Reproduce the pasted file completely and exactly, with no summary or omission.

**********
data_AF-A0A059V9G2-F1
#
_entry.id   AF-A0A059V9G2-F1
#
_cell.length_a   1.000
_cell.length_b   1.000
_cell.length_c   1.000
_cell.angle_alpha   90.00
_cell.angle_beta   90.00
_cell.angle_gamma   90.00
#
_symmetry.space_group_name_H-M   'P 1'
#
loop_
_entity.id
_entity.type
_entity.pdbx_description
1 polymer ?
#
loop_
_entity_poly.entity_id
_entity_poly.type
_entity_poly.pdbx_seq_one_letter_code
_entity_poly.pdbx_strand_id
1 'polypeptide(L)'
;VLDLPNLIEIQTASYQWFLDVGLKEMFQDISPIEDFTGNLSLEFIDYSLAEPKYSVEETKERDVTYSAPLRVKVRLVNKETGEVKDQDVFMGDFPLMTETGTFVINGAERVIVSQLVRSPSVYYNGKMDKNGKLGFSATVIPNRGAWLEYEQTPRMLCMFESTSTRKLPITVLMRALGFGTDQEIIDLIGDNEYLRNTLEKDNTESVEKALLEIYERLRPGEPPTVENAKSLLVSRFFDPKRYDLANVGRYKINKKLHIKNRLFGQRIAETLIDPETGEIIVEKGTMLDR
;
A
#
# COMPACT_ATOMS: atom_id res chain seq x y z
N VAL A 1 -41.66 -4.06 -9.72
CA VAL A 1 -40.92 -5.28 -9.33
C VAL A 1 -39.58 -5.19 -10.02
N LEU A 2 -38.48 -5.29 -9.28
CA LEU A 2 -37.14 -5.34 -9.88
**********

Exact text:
data_AF-A0A059V9G2-F1
#
_entry.id   AF-A0A059V9G2-F1
#
_cell.length_a   1.000
_cell.length_b   1.000
_cell.length_c   1.000
_cell.angle_alpha   90.00
_cell.angle_beta   90.00
_cell.angle_gamma   90.00
#
_symmetry.space_group_name_H-M   'P 1'
#
loop_
_entity.id
_entity.type
_entity.pdbx_description
1 polymer ?
#
loop_
_entity_poly.entity_id
_entity_poly.type
_entity_poly.pdbx_seq_one_letter_code
_entity_poly.pdbx_strand_id
1 'polypeptide(L)'
;VLDLPNLIEIQTASYQWFLDVGLKEMFQDISPIEDFTGNLSLEFIDYSLAEPKYSVEETKERDVTYSAPLRVKVRLVNKETGEVKDQDVFMGDFPLMTETGTFVINGAERVIVSQLVRSPSVYYNGKMDKNGKLGFSATVIPNRGAWLEYEQTPRMLCMFESTSTRKLPITVLMRALGFGTDQEIIDLIGDNEYLRNTLEKDNTESVEKALLEIYERLRPGEPPTVENAKSLLVSRFFDPKRYDLANVGRYKINKKLHIKNRLFGQRIAETLIDPETGEIIVEKGTMLDR
;
A
#
# COMPACT_ATOMS: atom_id res chain seq x y z
N VAL A 1 -41.66 -4.06 -9.72
CA VAL A 1 -40.92 -5.28 -9.33
C VAL A 1 -39.58 -5.19 -10.02
N LEU A 2 -38.48 -5.29 -9.28
CA LEU A 2 -37.14 -5.34 -9.88